No tweet time

Overheard at a restaurant: “It’s time to put my phone away. After these drinks, we are entering the time of the evening that I call 'no tweet time.'"

By Natalie Aho

People say the wrong thing on social networking sites all the time.

After an interview at Cisco Systems, Connor Riley (aka @theconnor) confessed in a tweet: "Cisco just offered me a job! Now I have to weigh the utility of a fat paycheck against the daily commute to San Jose and hating the work.”

When an advocate for Cisco Alert stumbled across her Twitter account, theconnor's fate was sealed.

"Who is the hiring manager? I’m sure they would love to know that you will hate the work. We here at Cisco are versed in the web.” 

A juror in the UK was dismissed after disclosing sensitive case information on her Facebook profile and asking her friends to weigh in. "I don't know which way to go, so I'm holding a poll,” the juror wrote.

Unfortunately, I think these kinds of stories too often scare church, ministry and non-profit leaders away from using free and accessible social networking platforms to their full advantage.

With 68 percent of online adults now using social networking sites, we simply cannot ignore using the Internet for communication, but we do need a little help to be sure we know when it’s “no tweet time.”

I traveled recently to Minneapolis to attend the “Social Media Summer Camp” through an organization called SocialPhonics

Tony Jones, author of The Church is Flat, and Doug Pagitt, author of Church in the Inventive Age and church planter of Solomon’s Porch, created this business to train pastors, ministry leaders and non-profit leaders in the use of social media.

They make it their mission to “help you determine your own social media philosophy, so that you’ll know exactly why you’re going online each week.”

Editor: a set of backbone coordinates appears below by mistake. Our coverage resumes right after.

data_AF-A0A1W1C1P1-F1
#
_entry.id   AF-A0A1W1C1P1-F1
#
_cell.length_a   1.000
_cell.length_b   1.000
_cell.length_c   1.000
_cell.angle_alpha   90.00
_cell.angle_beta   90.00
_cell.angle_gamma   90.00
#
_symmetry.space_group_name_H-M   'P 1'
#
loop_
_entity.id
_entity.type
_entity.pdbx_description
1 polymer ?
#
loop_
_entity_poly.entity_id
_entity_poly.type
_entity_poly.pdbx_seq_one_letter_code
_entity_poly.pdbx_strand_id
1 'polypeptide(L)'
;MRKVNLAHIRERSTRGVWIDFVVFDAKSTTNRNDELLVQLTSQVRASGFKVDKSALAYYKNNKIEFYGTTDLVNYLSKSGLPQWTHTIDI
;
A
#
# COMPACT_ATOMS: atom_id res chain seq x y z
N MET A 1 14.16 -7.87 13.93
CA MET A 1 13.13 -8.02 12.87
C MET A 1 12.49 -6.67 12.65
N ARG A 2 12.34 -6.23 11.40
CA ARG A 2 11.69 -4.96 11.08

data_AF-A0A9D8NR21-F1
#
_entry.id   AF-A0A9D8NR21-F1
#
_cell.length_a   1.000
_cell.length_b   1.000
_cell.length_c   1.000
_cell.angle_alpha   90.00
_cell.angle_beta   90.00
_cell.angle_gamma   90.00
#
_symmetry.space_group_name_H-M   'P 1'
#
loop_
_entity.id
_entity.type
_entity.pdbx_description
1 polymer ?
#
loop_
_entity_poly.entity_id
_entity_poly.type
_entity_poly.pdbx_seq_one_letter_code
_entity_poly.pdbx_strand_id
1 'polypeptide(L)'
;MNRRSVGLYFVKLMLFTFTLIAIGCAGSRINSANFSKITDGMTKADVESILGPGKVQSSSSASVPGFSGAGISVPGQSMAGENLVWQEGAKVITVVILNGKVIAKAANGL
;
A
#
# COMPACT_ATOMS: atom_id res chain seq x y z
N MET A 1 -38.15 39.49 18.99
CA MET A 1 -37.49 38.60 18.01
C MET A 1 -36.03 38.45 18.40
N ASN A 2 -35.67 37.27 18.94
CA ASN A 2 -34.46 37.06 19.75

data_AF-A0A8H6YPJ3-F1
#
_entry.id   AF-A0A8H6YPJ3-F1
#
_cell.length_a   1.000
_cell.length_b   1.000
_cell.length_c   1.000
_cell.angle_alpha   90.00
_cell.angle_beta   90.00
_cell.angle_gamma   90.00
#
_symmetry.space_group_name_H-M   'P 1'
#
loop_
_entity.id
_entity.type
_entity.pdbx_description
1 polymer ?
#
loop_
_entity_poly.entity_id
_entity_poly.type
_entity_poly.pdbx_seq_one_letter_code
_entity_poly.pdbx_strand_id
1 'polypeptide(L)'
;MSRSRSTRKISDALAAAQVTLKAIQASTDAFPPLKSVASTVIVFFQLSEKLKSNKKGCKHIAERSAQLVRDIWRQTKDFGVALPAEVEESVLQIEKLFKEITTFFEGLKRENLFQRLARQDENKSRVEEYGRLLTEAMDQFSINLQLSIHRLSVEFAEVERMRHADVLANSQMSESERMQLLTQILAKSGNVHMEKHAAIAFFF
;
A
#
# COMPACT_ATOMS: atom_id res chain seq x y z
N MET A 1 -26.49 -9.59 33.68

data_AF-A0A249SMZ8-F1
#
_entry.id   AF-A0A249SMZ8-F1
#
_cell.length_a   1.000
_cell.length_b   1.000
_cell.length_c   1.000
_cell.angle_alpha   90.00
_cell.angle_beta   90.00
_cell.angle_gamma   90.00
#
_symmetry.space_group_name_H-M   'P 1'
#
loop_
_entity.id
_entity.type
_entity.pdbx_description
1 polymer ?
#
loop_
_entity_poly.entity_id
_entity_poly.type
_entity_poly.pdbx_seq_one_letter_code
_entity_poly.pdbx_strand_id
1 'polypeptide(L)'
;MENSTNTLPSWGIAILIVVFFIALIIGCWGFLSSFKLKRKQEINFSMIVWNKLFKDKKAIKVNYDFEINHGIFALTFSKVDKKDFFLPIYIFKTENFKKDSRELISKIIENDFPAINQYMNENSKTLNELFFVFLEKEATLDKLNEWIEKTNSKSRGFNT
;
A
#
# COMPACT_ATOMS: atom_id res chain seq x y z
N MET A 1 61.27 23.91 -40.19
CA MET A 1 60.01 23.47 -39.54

One year into earning a master’s degree in interactive communications, it was an informative week, even for me.

Churches need to engage with their community, and one form of community is online. Currently 1.8 billion people are connected to the Internet -- that’s the same number of humans that were living on the planet in the 1920s. The Internet is now how people connect, collaborate and share life.

We now have the opportunity and resources to communicate with the world and interact with it in unique and instant ways. We need to be using interactive communication as part of the shift in the way we form relationships and communicate. We can make these connections faster, wider and deeper than ever before.

We have been given a door straight into people’s worlds and welcomed with open arms. If we want to be the presence of Christ in the world, we need to go where the people are and love them. The Internet takes us right inside their living rooms, messes and all, and lets us share hope and peace to broken hearts.

Using social media may require initial work, and it may never come naturally to some. Thankfully, though, this community rewards any effort.

So, learn a few tips, know when it’s “no tweet time” and dig in. The world is waiting.

OPINION: Views expressed in Baptist News Global columns and commentaries are solely those of the authors.